Creative Communities in Melbourne - A Call for Action

CREATIVE COMMUNITIES IN MELBOURNE - A CALL FOR ACTION
 

On Sunday 15th of July the Docklands Community Garden was opened in the middle of this new suburb. This is the product of hard work over three years of the Docklands Community, Cultivating Community, government, and a social enterprise I am involved with called Urban Reforestation. These people united together and showed a strong vision and it is a project, which the City of Melbourne and Places Victoria saw was a worthwhile one to invest in. To me, this is the beginning of a special story in Melbourne, which marks the beginning of a strong Creative Communities movement throughout the suburbs of wider Melbourne. Some of the older suburbs around central Melbourne have been the Creative Communities and sustainable lifestyles stomping ground for decades. However the Docklands is a place where a sustainability project has been  ‘mainstreamed’ and was opened by the Planning Minister Matthew Guy, because he sees the importance of projects like this.

What is a Creative Community?

The concept of a Creative Community is seeking to define creativity through a series of innovative responses to the various problems that crop up in everyday life, particularity relating to sustainable lifestyle challenges. Creative Communities are on-the-field creativity (and therefore innovation) triggered by the real context of needs, resources, principles and capabilities. Creative Community projects can be interesting because they are innovative, but they are also aesthetically “beautiful” and engaging. I will describe below (also read Creative Communities; People Inventing Sustainable Ways of Living by Anna Meroni - I provide a link below).

Don't bite off more than we can chew...

Rather than endeavouring to make massive multi-million dollar changes, let’s just set our sights a bit smaller and see the Docklands project as a model to expand upon. This garden was like an “acupuncture point’ in the suburb, that will be accompanied by other acupuncture points in the future to make this place better. Docklands Community Garden and newly released Place Plan is showing a model which can encourage other healthy, vibrant, creative communities in every suburb of Melbourne. Lets imagine in a suburb like Docklands with a raft of Creative Community Activities, what would it look like?:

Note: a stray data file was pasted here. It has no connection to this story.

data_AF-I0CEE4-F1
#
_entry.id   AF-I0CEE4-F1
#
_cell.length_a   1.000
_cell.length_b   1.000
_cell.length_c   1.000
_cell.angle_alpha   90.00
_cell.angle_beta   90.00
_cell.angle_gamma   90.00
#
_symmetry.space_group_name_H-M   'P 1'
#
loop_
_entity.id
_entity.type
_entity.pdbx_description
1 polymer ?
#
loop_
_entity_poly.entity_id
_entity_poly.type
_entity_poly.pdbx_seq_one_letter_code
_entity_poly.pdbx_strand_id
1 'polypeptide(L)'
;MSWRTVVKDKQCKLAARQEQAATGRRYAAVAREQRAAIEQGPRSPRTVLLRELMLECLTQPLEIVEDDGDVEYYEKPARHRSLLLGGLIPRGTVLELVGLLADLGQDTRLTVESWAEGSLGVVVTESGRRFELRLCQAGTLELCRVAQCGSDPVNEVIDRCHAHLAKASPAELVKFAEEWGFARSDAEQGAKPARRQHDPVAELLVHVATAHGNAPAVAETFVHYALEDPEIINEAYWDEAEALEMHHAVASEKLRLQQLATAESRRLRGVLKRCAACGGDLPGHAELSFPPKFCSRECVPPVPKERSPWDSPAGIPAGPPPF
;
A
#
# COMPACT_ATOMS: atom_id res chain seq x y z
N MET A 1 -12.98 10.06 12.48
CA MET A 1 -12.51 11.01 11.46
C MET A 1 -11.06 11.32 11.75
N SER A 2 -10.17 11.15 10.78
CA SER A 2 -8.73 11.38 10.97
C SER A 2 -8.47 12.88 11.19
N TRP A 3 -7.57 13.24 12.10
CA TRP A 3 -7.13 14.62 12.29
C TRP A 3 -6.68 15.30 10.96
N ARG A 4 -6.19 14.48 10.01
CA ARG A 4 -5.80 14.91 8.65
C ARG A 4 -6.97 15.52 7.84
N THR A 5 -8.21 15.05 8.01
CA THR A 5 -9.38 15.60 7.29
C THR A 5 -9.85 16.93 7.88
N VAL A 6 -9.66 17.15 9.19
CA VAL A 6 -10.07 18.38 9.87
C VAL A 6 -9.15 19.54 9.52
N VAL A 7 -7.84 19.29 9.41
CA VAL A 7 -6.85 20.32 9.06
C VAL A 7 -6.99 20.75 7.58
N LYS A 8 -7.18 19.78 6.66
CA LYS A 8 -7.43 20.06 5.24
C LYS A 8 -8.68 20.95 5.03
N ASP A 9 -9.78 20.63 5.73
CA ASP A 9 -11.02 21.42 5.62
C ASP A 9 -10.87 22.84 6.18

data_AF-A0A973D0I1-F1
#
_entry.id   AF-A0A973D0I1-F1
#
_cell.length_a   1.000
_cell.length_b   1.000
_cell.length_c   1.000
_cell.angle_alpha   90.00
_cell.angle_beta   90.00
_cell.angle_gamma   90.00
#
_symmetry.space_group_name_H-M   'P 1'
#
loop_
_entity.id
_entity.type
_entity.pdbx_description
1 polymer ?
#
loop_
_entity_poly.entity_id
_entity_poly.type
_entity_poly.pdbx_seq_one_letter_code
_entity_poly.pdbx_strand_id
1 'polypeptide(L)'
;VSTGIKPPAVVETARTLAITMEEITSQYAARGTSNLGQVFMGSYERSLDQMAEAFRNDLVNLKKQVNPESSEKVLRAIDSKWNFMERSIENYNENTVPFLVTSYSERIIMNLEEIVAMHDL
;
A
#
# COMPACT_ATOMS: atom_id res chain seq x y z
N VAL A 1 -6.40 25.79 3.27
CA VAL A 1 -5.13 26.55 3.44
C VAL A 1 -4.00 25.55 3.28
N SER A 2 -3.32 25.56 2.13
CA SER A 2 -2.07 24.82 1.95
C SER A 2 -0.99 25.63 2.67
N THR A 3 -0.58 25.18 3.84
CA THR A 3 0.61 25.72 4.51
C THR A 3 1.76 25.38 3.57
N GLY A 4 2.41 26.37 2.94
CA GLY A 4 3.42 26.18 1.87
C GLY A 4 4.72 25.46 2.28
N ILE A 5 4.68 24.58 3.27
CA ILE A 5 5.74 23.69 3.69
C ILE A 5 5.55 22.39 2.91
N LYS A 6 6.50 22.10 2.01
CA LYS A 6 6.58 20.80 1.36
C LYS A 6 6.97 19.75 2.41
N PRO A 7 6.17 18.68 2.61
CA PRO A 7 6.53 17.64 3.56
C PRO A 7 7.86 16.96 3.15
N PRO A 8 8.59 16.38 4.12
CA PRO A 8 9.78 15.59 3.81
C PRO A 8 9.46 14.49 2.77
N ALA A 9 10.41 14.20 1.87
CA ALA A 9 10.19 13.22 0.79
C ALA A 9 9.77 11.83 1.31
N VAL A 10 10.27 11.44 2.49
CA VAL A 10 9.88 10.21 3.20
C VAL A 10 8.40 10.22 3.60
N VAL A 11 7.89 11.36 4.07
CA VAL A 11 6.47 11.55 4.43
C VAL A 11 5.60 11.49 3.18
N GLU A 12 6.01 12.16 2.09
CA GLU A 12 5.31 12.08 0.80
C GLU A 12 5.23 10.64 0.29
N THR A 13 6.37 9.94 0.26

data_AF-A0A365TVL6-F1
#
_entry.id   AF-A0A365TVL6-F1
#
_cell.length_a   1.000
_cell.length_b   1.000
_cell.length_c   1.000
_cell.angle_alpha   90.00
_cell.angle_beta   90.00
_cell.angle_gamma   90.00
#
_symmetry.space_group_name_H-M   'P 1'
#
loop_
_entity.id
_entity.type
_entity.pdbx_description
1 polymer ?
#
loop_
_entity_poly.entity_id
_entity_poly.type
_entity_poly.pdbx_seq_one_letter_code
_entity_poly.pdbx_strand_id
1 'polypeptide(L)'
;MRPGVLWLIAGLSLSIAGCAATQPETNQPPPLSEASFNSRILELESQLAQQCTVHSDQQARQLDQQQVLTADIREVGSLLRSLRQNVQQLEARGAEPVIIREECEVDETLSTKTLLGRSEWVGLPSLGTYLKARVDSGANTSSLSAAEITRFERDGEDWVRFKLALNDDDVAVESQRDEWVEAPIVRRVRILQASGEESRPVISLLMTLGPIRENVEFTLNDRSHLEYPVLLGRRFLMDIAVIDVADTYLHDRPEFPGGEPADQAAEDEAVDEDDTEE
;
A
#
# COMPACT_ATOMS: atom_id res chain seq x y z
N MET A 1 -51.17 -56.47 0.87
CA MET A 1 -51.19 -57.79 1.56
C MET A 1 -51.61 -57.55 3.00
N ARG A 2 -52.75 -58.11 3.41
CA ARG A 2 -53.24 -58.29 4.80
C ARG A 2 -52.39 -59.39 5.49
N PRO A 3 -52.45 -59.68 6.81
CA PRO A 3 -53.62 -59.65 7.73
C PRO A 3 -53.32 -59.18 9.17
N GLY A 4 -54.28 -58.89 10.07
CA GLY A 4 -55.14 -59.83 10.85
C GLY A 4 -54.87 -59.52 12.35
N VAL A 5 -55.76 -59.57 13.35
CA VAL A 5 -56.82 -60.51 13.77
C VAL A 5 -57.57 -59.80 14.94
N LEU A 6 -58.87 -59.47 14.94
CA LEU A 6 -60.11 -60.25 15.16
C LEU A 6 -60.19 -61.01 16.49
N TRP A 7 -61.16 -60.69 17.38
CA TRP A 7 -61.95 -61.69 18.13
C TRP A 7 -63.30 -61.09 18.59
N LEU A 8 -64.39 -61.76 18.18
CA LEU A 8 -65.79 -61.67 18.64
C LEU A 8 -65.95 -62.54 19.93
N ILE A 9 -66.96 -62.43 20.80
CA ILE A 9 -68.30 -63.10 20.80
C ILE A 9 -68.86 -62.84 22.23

-       Community centres alive with activities

-       Local economies booming because people want to shop in their own local grocer and utilise local services

-       Good public transport getting us from A-B

-       Farmers markets supporting our local farmers and providing healthy food

-       Community gardens filled with festivities and fun educational programs

-       People filled in the streets like Italy enjoying the public space

-       Roof top gardens

-       Local artists activating the public space

-       Library activating education and sense of enquiry

-       Good schools

-       Mothers cafes and clubs

-       Places for children to play

-       Community groups like French classes, cooking etc

-       Swimming pool and sporting recreational activities

-       Bee hives with yummy honey and I am sure you and I can think of many others – this is the power and beauty of creativity!

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Moving beyond Liveable to Sustainable

Melbourne is renowned for being the world’s most liveable city. Mind you this is based on criteria of “liveable” from an HR firm in London: http://theconversation.edu.au/liveability-prizes-are-nice-but-we-have-to-er-live-here-3194. So lets really challenge what ‘liveable’ is and become active in our community to make it sustainable. Then I think we will be a much more liveable city a have many creative communities enriching our city.

Wider Policy Changes from Docklands

The Docklands is a prime example for sustainable development because everyone in Victoria can see it is known as a ‘concrete jungle’, that needs to feel a better sense of place. So, this can be the epicentre for change and a blue print for how you look at developing communities. If we get it right there, and then we move it out and inform policy changes in other suburbs. We need creativity, good design and beautiful vision in all sectors. There is so much opportunity for change in communities, if developers, policy makers and communities can all work together: we can create healthier and happier places for people to live in around Melbourne.

Policy Makers are Designers too!

This project is a giant leap forward for the Docklands and a call for change in re-designing planning policy towards a sustainable model. Planning policy needs to support communities and recognise people need to have quality of life in the place which they live. Wellbeing of people depends on having good community amenities. The major flaw in our current planning policies is developers are not required to invest much of their budgets into community infrastructure. This has to change for the future wellbeing of our suburbs.

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Planning Policy to support Social Innovation and Entrepreneurial Projects like Urban Reforestation 

Urban Reforestation hopes to see more projects like this community garden supported in the future, in the Docklands development and around Melbourne. This means Victoria needs better planning policies to support sustainable development and healthy communities to thrive. In most instances communities know what is best for their place, so developers and local councils need to work closer (side-by-side / co-designing) with communities to achieve better outcomes for all parties involved. This Docklands Community Garden project and its best practice service design models and processes can be a blueprint of how sustainable development can occur in Docklands and beyond.

Design of Place and Design of Policy Go Hand-in-Hand